5. Great, creative use of social media – engaging with and educating people of all ages in order to prepare them for an emergency or disaster! Thanks Kim /C

  6. Here is a link to another great site that uses video for tornado preparedness. This page was put together by Missouri. There are a total of 4 videos here, they are not, unfortunately, on YouTube and therefore can’t be shared as easily. They do have written transcripts.
    http://stormaware.mo.gov/when-a-tornado-strikes/

  7. I think taking advantages of social media to convey emergency preparedness messages is a great idea. Many people (mostly in developing countries), have limited knowledge in emergency management. Through video like this, many people can gain more knowledge in emergency preparedness for free. Thank you for your post :)

    Bekti Mulatiningsih
    http://bmulatiningsih347.wordpress.com/

  8. Great article. YouTube is a very good channel to spread information in disaster, as you say.

  9. This particular video series I think has five more videos that have yet to be released. I know they had some conversation about making them more “friendly” to functional and access needs communities, but it was a limitation of technology and money. Because these were developed by a region that recently lost its UASI funding I am sure they made decisions to try and ensure they could get the most “bang for the buck”.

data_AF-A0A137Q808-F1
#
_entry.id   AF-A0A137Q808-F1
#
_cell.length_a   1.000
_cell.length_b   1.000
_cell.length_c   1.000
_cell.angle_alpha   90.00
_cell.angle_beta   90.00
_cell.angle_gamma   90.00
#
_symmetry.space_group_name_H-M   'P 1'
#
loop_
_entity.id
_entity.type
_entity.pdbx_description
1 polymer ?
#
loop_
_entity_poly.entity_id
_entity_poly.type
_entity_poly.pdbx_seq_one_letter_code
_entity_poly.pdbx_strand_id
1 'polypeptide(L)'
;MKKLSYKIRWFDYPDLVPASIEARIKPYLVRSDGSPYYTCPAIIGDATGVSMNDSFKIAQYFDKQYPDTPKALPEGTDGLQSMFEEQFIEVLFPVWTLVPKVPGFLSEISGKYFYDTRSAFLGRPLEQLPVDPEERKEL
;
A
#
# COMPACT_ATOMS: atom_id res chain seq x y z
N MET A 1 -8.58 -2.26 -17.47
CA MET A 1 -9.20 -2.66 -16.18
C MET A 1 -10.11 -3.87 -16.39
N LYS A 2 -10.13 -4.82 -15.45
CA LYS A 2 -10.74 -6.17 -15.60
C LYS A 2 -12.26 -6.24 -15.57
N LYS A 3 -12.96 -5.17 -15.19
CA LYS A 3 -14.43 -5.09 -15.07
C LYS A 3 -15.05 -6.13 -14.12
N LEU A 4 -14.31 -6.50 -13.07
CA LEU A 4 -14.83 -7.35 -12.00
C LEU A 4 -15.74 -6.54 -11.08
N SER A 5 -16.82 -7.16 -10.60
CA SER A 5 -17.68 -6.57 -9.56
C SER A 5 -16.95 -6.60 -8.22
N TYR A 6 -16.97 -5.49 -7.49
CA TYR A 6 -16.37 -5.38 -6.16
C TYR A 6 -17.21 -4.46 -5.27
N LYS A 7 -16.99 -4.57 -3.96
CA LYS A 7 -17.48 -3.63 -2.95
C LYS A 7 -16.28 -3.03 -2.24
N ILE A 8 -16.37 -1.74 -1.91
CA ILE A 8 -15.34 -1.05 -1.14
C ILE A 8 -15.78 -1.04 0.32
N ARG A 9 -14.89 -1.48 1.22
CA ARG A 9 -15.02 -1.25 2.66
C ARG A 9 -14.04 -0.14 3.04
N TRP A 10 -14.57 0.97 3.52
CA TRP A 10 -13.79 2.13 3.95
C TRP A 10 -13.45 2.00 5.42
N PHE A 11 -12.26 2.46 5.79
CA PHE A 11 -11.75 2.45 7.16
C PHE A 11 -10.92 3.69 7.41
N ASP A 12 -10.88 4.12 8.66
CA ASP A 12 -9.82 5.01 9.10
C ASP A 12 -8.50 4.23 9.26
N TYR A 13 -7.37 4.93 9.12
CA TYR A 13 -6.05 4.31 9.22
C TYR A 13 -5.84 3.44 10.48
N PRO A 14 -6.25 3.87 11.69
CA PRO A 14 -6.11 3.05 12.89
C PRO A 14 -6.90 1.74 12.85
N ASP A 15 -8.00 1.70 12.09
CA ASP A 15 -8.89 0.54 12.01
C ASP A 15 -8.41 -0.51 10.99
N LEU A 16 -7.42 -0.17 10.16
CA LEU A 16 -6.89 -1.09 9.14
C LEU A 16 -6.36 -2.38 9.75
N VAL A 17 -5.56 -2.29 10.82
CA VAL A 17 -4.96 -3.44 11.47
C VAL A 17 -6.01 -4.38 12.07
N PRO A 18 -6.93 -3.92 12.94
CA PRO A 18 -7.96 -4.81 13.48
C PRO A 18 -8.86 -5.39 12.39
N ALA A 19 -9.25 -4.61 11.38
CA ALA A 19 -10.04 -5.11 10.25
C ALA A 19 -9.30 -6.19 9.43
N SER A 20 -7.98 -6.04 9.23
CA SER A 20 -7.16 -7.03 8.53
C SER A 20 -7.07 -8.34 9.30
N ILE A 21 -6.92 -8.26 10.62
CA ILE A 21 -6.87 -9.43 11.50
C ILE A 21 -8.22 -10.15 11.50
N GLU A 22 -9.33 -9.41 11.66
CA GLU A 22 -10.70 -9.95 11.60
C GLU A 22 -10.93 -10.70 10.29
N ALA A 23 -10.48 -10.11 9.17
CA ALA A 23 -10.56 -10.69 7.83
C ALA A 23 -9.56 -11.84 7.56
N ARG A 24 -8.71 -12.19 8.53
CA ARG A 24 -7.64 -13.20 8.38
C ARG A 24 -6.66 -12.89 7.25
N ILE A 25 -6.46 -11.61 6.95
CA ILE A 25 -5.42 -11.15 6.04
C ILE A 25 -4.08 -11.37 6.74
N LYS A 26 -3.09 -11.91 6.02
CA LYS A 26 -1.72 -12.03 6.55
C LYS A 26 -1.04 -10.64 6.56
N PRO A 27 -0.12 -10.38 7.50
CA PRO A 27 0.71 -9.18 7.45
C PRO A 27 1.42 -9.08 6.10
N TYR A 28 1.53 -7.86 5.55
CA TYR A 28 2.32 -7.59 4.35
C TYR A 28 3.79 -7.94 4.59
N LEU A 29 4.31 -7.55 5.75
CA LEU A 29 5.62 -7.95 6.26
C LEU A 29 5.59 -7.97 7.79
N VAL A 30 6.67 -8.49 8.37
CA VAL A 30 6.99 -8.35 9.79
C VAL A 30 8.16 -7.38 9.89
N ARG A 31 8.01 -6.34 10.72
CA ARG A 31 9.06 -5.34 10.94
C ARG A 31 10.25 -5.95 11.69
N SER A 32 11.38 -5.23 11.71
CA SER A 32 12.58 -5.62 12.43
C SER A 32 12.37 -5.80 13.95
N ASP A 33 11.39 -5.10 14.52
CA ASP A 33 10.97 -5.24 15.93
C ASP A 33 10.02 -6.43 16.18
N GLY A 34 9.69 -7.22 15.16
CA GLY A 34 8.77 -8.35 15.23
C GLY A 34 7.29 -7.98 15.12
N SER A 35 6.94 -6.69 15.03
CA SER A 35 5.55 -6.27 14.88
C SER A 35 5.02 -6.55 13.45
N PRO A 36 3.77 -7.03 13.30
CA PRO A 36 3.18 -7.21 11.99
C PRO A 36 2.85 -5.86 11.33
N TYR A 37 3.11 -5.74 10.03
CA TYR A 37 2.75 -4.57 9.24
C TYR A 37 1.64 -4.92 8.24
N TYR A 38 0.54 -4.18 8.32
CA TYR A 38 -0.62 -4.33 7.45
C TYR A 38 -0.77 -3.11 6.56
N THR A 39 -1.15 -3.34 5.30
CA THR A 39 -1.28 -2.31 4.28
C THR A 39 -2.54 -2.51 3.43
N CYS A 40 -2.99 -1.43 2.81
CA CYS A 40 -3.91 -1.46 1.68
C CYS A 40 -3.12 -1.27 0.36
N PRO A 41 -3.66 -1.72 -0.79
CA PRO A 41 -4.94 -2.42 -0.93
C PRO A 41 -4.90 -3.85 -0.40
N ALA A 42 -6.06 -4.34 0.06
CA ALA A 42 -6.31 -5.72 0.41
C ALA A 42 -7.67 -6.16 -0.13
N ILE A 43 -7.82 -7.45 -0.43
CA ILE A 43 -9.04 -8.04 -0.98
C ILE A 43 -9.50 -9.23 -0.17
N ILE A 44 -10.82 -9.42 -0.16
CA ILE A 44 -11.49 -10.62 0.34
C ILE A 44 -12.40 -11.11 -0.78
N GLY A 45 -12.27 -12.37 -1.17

• Thank you Adam. We are beginning to see some free open sources captioning tools like CaptionTube http://captiontube.appspot.com/ and iMovie for Mac has captioning features. The ADA requires “effective communitcation,” so providing a transcript of the content is acceptable if it is an undue hardship to caption. Since these videos show actions of the characters with words, in the transcript you can describe what is going on which would then give your viewers who are blind a scenario synopsis as well. Right now providing a transcript is acceptable but there is some indication that the Access Board may require in the Section 508 refresh that all multimedia tools include captioning and audio description. WGBH in Boston is a great resource for information regarding accessible media.

  10. Thank you Adam. We are beginning to see some free open source captioning such as CaptionTube coming out. http://captiontube.appspot.com/ The ADA requires “effective communication,” so when it is a undue hardship to provide captioning and/or audio description, a transcript of the content has been acceptable. Since in these videos the actors are doing various activities without speech, you can describe at the front of the video what is taking place for your viewers who are blind or have visual impairements. The Access Board currently is reviewing Section 508 for the 508 Refresh and there is some indication that in the Refresh all multimedia materials will be required to be captioned and audio described. We will have to wait and see. I hope this information is helpful.